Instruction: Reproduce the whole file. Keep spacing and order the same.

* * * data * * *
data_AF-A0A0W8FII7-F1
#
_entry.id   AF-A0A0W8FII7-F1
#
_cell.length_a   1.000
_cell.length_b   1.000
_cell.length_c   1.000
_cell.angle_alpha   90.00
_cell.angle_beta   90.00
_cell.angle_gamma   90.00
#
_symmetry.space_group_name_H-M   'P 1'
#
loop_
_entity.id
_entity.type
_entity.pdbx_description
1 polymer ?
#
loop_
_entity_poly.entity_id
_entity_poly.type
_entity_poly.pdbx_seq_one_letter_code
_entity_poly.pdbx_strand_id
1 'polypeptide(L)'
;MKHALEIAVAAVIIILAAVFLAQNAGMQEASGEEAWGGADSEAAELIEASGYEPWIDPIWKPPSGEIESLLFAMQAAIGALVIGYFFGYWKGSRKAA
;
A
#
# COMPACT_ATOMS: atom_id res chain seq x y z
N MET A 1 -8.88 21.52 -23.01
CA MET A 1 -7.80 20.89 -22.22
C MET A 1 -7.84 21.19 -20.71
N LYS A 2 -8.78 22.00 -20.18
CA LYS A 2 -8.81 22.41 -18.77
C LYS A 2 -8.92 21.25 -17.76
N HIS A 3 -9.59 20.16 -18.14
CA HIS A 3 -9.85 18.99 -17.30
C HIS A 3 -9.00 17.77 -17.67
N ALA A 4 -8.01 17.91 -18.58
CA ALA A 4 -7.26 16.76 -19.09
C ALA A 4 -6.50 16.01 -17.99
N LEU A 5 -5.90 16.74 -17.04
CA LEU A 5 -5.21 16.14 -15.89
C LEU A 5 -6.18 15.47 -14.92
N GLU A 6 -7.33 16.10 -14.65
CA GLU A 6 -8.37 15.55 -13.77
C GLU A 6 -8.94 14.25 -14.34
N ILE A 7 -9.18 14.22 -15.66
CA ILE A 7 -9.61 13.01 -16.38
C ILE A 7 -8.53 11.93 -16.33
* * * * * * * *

data_AF-A0A0W8FII7-F1
#
_entry.id   AF-A0A0W8FII7-F1
#
_cell.length_a   1.000
_cell.length_b   1.000
_cell.length_c   1.000
_cell.angle_alpha   90.00
_cell.angle_beta   90.00
_cell.angle_gamma   90.00
#
_symmetry.space_group_name_H-M   'P 1'
#
loop_
_entity.id
_entity.type
_entity.pdbx_description
1 polymer ?
#
loop_
_entity_poly.entity_id
_entity_poly.type
_entity_poly.pdbx_seq_one_letter_code
_entity_poly.pdbx_strand_id
1 'polypeptide(L)'
;MKHALEIAVAAVIIILAAVFLAQNAGMQEASGEEAWGGADSEAAELIEASGYEPWIDPIWKPPSGEIESLLFAMQAAIGALVIGYFFGYWKGSRKAA
;
A
#
# COMPACT_ATOMS: atom_id res chain seq x y z
N MET A 1 -8.88 21.52 -23.01
CA MET A 1 -7.80 20.89 -22.22
C MET A 1 -7.84 21.19 -20.71
N LYS A 2 -8.78 22.00 -20.18
CA LYS A 2 -8.81 22.41 -18.77
C LYS A 2 -8.92 21.25 -17.76
N HIS A 3 -9.59 20.16 -18.14
CA HIS A 3 -9.85 18.99 -17.30
C HIS A 3 -9.00 17.77 -17.67
N ALA A 4 -8.01 17.91 -18.58
CA ALA A 4 -7.26 16.76 -19.09
C ALA A 4 -6.50 16.01 -17.99
N LEU A 5 -5.90 16.74 -17.04
CA LEU A 5 -5.21 16.14 -15.89
C LEU A 5 -6.18 15.47 -14.92
N GLU A 6 -7.33 16.10 -14.65
CA GLU A 6 -8.37 15.55 -13.77
C GLU A 6 -8.94 14.25 -14.34
N ILE A 7 -9.18 14.22 -15.66
CA ILE A 7 -9.61 13.01 -16.38
C ILE A 7 -8.53 11.93 -16.33